After hearing Don Taylor on Sportsnet Pacific mispronounce Evgeny Malkin’s name two different ways throughout the telecast the other night, I decided to mention this; The proper way to say the young star’s name is – Yevgeny, with a hard “g” as in “good,” not soft, as in “generic.” Ot you could just call him by his nickname, Gino.
Malkin conducted a post-game interview in English the other night. Up until recently, you wouldn’t have heard much English from this young gun. Now he’s putting whole sentences together. So what this proves is, if you move to China to play ping pong, or join the Slovenian or Slovakian chess teams, and if you’re there long enough, you’ll learn the language.
Have you noticed that when Mr. and Mrs. Malkin kiss and hug in the stands after Gino scores, Mr. Malkin takes a peak at the video screen on the scoreboard? Just making sure the his timing’s right, I suppose, before he plants a big one.
You don’t suppose, do you, that Bob Gainey would even consider hiring recently-fired Mike Keenan as coach of the Habs? Nah. You’re not, right, Bob?
Speaking of coaches coming to Montreal, it was very interesting to see that the Canadiens possibly showed interest in Russian coach Vyacheslav Bykov. I’m not trying to sound like Don Cherry here, but does this mean Montreal can’t find a North American coach savvy enough to coach the team? Anywhere? If you hired a Russian coach who has mostly always lived in Russia, you get several things that aren’t guaranteed. Not only does he have to figure out the NHL way of doing things, which was always a world apart from what Bykov grew up with, (Red Army, Viktor Tikhonov, the Soviet system etc.), he would also need to understand young North American players and a culture that takes a lot of getting used to. He might (and this is in all seriousness), miss his food. He would have to adapt to the smaller ice. Would he try to instill a European-style of hockey which wouldn’t work in the NHL? And he may just not ever get comfortable here. There have been many Russian players over the years who had great success in the NHL, who lived in grand houses and drove grand cars and their wives wore grand fashion designs, (Viacheslav Fetisov) who went back home as soon as their NHL careers came to an end. You can take the man out of Russia but you can’t take the Russian out of the man. You have to remember – North America isn’t the end all, be all for many foreigners. It’s not as great for them as we think it should be.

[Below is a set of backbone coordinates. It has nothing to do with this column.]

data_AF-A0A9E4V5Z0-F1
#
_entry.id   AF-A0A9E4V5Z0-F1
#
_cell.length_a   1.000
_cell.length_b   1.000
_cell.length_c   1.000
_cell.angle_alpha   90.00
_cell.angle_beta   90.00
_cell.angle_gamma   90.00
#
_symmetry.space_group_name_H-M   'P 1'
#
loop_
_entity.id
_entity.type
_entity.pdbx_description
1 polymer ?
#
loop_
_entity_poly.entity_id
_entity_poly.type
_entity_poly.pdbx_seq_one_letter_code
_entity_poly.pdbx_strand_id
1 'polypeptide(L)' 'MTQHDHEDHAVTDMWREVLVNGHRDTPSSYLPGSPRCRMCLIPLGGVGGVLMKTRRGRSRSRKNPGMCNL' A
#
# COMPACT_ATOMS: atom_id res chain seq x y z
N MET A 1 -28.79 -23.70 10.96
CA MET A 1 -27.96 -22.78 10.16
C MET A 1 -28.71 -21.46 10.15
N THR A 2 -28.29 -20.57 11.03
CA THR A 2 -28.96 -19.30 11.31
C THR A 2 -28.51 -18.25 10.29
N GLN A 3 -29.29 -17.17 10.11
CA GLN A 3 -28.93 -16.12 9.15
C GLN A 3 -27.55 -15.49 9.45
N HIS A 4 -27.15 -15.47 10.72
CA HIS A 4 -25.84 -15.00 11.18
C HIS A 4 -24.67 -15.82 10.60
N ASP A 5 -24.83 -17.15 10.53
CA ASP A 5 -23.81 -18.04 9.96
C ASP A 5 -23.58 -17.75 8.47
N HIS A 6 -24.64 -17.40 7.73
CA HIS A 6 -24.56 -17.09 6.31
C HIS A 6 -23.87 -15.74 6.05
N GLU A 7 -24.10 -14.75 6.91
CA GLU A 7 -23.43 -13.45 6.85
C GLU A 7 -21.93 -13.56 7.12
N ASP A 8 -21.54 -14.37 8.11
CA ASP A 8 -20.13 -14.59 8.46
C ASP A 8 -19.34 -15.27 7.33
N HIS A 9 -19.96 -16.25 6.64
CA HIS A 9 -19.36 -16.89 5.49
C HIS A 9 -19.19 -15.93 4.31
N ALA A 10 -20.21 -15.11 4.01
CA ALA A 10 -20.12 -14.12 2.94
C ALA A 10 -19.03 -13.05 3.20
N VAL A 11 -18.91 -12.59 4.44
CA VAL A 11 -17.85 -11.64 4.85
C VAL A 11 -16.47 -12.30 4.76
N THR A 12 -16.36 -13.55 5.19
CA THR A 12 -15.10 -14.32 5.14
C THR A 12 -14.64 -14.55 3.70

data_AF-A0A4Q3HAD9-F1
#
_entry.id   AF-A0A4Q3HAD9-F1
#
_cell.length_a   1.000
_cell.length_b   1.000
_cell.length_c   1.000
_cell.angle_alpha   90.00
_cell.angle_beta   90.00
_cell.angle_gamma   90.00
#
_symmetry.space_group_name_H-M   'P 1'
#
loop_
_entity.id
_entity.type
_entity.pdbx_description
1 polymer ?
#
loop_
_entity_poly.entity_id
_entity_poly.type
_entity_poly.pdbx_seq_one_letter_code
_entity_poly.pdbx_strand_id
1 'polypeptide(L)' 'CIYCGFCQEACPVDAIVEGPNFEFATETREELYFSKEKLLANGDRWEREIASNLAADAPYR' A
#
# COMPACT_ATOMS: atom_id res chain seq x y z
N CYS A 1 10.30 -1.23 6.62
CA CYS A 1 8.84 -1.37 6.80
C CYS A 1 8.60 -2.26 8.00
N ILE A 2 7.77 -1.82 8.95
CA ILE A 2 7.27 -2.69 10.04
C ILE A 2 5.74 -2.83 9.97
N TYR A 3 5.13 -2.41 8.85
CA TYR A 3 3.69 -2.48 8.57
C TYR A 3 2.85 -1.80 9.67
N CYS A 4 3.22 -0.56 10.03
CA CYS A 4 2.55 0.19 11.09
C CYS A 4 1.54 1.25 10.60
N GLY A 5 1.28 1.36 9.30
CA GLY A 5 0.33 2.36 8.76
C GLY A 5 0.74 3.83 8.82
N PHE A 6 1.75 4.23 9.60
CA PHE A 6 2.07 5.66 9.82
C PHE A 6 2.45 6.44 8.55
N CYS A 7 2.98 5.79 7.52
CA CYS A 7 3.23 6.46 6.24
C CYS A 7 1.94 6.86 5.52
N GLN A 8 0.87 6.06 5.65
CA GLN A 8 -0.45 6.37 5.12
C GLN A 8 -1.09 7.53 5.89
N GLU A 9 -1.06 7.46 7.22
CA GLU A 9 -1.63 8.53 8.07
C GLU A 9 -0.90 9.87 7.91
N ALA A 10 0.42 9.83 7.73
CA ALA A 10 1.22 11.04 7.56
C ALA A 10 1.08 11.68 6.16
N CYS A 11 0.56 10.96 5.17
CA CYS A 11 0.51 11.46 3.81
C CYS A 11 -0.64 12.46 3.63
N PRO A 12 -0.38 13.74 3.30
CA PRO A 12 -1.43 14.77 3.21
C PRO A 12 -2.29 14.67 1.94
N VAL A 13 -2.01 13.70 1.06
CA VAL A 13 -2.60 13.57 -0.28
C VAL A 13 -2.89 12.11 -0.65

I think it’s a better idea to stick with a North American as far as coaching in the NHL goes.